I buried my 19-year-old stepson this week. It wasn’t unexpected, but it was a shock. As Warren and I went through the painful task of laying his son, Leland, to rest, I learned an important lesson about the importance of community along the way.
Community is something you don’t realize you have until you really need it. Community is what gets you through the tough times, and community is what helps you celebrate the good times.
Our community is much larger than we’d thought it was. Our community was overwhelmingly supportive, even when people didn’t know what to say. Now that I know how important it is to me, my community is going to take a more prominent place in my life.
Your community is an important part of who you are as well. You might be in the position of being unaware, of inadvertently taking advantage of it, or not appreciating what it has to offer. Change your perspective, and be more thankful you have a community. If it isn’t big enough, widen your circle. If you haven’t been there for your community – be there.
Community comes from different places. Naturally your workplace is a community. Your church, your family, your friends, and anywhere else people know your name; that is your community. Are you a positive force in your community? Are you a taker, or are you a giver?
Look around you now. Look at your coworkers, your family, and look in the mirror too. Your community is part of what makes you the person you are. Are you compassionate? Are you caring? Are you able to support others when they need it? Do you make your workplace/family/neighbourhood better because you are part of it? Are you adding to the lives of others, or taking? Are you bitter about what you don’t have, are you negative about others in your community, are you selfish and are you taking your community for granted – expecting them to help you when you need it?
I was under the impression that my community was strong but small. I know that my immediate family is there when I need it – and I needed it. My professional community is much larger, and spread across North America, and less “personal” than most professional communities. In my office there is just Caroline (my office manager) and me. Everyone else is virtual, and certainly the personal connections aren’t as strong. My family was suffering their own loss as well, so I needed the community that wasn’t related to me to help me be strong.
I needed to be strong for my husband and children, and I was worried about who would be strong for me. I’m the strong one, and I needed help to stay strong, so I turned to my online community for support.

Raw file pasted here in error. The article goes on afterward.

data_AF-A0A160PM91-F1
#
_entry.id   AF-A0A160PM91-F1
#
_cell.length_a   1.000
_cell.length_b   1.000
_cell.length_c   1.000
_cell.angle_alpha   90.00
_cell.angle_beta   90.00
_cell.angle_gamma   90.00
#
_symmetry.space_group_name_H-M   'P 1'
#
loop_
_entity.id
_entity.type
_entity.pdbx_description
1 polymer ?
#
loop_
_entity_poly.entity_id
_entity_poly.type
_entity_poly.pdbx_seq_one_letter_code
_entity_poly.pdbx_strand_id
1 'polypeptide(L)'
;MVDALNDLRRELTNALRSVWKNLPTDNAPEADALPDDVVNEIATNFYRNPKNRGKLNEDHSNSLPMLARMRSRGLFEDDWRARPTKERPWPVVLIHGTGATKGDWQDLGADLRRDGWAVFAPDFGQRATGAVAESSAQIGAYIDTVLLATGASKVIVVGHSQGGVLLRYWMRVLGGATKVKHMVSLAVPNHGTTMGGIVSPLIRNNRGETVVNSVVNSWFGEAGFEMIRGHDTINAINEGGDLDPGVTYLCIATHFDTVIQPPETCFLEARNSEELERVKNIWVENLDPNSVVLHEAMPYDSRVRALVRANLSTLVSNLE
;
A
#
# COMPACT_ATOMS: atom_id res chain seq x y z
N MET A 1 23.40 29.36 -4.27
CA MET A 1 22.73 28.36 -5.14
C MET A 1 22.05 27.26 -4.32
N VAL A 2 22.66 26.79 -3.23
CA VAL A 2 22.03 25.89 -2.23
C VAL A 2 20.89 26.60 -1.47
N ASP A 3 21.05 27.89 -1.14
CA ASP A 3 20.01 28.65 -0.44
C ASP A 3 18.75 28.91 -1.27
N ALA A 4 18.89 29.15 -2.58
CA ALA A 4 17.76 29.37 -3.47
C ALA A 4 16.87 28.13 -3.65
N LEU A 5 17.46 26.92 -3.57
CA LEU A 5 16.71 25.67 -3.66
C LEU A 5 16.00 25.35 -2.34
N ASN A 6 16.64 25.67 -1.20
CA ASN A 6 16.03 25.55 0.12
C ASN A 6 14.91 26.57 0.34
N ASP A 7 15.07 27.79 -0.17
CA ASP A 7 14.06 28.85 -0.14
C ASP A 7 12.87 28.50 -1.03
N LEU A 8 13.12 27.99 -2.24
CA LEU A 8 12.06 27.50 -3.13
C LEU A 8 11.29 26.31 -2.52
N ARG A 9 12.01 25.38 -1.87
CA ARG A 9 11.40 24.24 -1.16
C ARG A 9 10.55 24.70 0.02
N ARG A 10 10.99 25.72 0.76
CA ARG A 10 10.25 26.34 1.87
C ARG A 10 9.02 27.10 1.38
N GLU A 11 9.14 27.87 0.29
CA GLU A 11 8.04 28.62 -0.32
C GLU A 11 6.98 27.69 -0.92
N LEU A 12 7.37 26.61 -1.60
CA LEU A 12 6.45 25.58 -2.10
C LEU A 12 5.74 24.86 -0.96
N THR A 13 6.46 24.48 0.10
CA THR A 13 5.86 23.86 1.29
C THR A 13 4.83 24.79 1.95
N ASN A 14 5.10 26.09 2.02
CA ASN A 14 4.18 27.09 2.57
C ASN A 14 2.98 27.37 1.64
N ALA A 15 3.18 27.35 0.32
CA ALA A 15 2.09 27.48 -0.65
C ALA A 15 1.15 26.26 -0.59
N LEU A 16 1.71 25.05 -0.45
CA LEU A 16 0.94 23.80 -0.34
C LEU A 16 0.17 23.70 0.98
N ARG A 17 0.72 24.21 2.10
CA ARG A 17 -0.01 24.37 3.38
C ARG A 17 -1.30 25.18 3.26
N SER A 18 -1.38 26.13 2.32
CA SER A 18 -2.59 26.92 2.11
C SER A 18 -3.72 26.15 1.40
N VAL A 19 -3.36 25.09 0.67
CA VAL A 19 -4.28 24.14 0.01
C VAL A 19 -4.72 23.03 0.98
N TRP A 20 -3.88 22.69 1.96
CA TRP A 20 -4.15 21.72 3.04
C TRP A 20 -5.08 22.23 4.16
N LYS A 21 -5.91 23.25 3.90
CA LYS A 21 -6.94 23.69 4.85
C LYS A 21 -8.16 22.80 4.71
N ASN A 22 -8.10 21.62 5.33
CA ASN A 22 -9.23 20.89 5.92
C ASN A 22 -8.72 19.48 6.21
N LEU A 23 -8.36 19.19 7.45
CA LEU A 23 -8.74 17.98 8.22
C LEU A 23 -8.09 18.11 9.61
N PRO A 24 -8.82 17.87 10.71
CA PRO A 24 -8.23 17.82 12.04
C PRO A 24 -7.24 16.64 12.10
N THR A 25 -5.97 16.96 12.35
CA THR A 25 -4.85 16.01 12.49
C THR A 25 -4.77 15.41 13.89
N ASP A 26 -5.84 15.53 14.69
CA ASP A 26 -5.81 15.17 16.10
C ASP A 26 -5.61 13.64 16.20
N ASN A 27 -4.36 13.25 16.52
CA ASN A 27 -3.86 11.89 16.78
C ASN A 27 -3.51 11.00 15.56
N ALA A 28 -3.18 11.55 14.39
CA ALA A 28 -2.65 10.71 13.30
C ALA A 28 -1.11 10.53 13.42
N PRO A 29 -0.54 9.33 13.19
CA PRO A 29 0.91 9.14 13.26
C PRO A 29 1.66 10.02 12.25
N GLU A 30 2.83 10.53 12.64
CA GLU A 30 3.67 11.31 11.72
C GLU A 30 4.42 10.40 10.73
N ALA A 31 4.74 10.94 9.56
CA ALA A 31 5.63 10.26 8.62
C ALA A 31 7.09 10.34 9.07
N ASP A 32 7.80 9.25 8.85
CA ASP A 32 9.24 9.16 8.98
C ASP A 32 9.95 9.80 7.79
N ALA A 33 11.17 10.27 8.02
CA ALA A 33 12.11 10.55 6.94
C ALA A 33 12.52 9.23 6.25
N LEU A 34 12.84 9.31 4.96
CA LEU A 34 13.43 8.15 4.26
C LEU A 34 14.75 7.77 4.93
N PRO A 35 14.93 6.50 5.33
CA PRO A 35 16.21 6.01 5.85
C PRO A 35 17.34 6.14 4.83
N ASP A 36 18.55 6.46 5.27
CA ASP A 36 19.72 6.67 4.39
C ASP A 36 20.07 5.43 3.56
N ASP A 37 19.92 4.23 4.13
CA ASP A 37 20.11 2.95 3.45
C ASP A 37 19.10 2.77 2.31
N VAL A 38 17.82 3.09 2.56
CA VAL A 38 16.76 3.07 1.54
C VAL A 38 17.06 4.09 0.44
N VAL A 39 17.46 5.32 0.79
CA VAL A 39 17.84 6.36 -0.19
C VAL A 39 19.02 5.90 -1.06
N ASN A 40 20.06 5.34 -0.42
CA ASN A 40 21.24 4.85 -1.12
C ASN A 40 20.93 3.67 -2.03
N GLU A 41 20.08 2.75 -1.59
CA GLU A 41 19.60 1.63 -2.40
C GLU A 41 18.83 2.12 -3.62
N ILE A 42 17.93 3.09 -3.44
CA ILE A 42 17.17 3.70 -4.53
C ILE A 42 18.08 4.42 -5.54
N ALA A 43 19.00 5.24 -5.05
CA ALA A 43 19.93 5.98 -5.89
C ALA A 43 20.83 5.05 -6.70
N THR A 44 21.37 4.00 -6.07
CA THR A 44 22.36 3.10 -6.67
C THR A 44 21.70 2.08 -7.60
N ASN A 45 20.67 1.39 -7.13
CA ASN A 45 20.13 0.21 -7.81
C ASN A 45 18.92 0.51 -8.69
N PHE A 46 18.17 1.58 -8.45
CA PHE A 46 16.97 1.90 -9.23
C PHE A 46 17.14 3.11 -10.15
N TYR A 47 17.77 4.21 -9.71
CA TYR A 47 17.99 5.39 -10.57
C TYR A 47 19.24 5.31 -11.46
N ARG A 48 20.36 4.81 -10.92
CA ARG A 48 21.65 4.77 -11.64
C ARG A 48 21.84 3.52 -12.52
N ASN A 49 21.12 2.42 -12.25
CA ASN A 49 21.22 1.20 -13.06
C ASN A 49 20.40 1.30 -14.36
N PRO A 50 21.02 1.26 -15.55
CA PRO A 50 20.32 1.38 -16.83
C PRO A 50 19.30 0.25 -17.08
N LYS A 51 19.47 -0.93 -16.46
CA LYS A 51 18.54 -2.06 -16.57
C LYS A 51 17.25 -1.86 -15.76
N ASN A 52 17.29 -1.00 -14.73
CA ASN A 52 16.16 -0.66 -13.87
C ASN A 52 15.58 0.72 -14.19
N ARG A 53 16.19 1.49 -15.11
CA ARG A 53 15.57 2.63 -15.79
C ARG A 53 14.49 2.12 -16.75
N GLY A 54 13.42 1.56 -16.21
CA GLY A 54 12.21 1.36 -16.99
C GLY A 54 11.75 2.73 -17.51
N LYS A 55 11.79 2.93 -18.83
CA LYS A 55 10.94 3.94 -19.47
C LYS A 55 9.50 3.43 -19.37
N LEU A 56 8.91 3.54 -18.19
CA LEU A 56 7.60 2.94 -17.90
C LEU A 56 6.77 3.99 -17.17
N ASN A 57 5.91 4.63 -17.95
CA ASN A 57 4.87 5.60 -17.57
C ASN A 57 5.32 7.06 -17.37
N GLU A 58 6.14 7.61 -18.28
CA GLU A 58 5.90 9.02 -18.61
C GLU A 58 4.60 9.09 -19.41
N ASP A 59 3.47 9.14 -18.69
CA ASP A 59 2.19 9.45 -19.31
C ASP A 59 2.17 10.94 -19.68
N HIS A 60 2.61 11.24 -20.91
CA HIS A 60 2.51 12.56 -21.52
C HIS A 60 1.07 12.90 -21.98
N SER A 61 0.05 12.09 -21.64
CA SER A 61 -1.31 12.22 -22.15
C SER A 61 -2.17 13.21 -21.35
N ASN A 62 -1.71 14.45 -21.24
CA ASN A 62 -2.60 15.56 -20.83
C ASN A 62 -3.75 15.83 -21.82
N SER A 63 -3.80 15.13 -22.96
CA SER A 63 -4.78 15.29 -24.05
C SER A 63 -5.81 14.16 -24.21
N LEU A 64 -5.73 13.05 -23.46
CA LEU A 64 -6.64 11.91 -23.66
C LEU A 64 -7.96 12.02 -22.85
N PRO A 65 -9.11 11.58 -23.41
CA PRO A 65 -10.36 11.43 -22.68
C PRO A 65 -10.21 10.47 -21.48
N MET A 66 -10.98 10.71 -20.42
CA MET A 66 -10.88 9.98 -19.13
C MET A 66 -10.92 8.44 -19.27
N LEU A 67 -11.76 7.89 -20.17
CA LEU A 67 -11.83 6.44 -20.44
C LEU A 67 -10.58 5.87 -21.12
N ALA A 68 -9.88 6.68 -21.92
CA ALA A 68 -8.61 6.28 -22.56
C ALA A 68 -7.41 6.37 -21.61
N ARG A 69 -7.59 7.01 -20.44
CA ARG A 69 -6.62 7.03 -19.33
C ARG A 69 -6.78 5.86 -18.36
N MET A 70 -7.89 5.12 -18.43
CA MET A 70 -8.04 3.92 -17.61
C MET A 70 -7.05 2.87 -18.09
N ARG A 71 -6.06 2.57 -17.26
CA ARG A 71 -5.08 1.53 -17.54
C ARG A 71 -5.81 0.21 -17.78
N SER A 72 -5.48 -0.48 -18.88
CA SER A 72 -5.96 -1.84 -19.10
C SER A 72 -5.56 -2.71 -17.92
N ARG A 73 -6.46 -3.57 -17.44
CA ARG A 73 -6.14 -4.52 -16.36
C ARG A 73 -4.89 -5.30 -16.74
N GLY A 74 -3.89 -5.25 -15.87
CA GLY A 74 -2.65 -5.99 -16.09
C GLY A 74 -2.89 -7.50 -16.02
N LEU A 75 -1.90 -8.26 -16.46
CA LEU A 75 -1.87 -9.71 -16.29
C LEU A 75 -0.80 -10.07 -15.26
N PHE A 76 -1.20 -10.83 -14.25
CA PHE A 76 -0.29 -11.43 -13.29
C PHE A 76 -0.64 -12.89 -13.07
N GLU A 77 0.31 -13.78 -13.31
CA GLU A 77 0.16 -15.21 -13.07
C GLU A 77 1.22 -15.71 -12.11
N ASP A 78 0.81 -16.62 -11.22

Your community is what you make it. I posted a Facebook status after Leland passed, and I was absolutely astounded by the number of supportive responses I received. Some from people I had never even met! The support was overwhelming, and made an incredible difference to me.
Through the kind words I was reading, I was feeling stronger, knowing I could be the rock that Warren needed at this difficult time.
When we had the funeral, I think all of Warren’s coworkers showed up. Even some of Leland’s teachers came to offer their support to us. I am well aware that it is difficult to attend a funeral, it is hard to offer condolences, because no one knows what to say. I myself have (in the past) avoided these types of gatherings because they are awkward and uncomfortable. I won’t avoid them again, as I came to realize how important my community was to me in this difficult time.
I had friends of my mother-in-law come to speak to me, even though they were there to be with her in her time of need on the passing of her grandson. I didn’t know some of these people, but I certainly appreciated their support. I had neighbours of my parents, who didn’t even know Leland, offer support; and the golf partner of our good friend came – he had never met us before but wanted to be part of our support system. The support was incredible, because that is what community does – it supports!
As I read the names in the guestbook, I realized that I hadn’t had the chance to speak to all of them, but I certainly appreciated that they came, took the time to show support, and that they signed the guestbook. They became part of our community, just by being taking the time to be there, to sign the book and be available if we needed it.
I realized that you don’t have to be my best friend to offer support. You just have to smile at me, hold me hand, send me an email, or show compassion in your eyes, and it will make me feel better. Saying the right thing isn’t what matters, it matters that you show support.
In fact, just by reading this article and sharing in my feelings, you’re part of my community.
When all of Warren’s coworkers showed up at the funeral, I realized how much I missed having colleagues at work. Do you appreciate your coworkers? Are you there to offer a smile, a hug, or compassion if it is needed?
Today, I want you to look around at your coworkers and be thankful that you have them. I want you to smile at someone (even if they’re getting on your last nerve), and thank someone for doing something nice today (even if it was just making a new pot of coffee). Say hi to a neighbour, say thank-you to the teller at your bank or wave at someone on the street. Stay after church this week for five minutes instead of racing out to your car. Give someone support at the gym when they’re struggling to finish their workout.
Community is something you don’t appreciate until you need it. Don’t wait for a crisis to take the time to appreciate yours.
While my family became smaller with the loss of Leland, my life got fuller because of the appreciation I have for my community now.
Be part of someone’s community. Be the support that someone else needs, and you will be blessed tenfold when it is your time to receive support.
RIP Leland Alexander Munn Aug. 22, 1990 – Aug. 15, 2010.